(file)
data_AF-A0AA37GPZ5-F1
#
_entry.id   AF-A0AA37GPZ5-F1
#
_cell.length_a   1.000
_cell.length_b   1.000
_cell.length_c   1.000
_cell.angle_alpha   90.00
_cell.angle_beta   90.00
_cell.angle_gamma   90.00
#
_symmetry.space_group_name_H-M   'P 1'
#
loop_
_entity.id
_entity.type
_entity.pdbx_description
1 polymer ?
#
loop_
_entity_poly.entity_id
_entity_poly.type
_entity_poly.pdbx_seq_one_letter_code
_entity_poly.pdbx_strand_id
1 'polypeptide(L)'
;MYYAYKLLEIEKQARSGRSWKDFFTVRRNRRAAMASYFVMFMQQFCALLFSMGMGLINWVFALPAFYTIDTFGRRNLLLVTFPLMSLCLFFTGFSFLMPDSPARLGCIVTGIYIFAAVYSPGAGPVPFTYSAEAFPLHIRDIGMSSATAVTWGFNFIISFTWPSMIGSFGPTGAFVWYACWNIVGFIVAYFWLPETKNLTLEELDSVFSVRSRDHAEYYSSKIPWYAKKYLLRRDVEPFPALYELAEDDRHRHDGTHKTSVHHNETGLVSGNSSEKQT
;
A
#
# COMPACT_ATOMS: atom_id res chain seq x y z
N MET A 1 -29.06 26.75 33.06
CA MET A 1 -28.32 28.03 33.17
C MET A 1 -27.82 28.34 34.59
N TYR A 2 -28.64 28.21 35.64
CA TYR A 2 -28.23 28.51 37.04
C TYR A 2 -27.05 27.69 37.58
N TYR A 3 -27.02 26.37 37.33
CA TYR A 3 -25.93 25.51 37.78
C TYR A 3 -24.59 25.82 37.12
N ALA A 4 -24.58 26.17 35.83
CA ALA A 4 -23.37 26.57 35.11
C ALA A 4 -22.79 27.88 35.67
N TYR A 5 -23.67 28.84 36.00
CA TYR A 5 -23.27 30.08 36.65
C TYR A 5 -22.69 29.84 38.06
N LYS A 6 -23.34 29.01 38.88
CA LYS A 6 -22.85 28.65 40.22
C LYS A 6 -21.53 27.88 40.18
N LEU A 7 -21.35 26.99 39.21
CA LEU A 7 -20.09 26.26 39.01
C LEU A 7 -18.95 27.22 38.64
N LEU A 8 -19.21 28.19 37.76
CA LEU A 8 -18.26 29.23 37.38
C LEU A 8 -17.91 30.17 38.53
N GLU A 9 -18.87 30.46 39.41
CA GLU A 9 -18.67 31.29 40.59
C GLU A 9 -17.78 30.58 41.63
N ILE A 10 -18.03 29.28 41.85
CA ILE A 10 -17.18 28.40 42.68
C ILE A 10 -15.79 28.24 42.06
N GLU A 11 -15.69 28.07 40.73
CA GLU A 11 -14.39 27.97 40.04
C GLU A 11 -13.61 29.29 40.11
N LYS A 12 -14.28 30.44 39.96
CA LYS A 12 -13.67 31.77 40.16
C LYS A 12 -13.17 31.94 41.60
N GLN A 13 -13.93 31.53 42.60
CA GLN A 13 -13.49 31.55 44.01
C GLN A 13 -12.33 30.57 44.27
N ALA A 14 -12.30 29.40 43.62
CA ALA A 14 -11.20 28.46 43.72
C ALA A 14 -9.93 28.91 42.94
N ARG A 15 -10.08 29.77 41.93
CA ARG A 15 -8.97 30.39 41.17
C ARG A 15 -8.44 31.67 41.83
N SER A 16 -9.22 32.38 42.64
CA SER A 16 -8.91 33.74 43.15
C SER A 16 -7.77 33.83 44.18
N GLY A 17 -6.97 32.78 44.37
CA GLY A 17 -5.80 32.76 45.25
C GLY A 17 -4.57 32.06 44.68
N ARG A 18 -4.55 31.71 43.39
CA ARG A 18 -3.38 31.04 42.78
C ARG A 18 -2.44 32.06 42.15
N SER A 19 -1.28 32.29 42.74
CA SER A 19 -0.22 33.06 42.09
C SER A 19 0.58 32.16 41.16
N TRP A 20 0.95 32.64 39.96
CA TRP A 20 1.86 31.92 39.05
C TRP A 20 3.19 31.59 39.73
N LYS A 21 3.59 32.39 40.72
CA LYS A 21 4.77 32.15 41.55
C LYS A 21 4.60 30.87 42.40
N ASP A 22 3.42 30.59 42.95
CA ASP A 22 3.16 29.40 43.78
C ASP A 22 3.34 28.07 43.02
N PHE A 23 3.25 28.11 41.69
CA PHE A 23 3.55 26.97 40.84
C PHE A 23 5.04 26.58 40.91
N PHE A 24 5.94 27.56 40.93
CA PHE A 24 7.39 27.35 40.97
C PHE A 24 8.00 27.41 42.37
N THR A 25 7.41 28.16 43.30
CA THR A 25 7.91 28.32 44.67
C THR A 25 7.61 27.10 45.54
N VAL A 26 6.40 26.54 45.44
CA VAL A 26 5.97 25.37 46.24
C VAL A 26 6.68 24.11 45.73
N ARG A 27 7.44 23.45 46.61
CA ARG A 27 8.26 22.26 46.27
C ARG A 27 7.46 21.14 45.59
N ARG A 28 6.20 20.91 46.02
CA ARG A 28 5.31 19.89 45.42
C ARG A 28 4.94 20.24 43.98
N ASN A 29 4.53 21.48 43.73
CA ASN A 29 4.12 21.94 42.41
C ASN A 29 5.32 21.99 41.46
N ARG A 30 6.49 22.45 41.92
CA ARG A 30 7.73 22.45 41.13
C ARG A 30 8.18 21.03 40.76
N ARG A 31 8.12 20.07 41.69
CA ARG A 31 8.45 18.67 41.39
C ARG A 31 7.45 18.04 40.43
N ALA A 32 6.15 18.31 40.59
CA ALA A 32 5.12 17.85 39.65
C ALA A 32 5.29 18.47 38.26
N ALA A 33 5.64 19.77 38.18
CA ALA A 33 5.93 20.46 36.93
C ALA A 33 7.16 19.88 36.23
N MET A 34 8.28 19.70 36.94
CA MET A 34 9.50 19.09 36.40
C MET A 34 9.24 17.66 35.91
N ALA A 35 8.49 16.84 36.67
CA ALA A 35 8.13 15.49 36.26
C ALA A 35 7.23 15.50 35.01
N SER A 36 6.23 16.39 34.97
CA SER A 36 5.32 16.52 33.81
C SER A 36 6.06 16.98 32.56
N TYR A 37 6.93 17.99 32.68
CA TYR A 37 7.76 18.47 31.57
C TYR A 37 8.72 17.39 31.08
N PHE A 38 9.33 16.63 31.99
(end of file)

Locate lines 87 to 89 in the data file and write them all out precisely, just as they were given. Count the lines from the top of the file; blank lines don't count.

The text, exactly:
C SER A 19 0.58 32.16 41.16
N TRP A 20 0.95 32.64 39.96
CA TRP A 20 1.86 31.92 39.05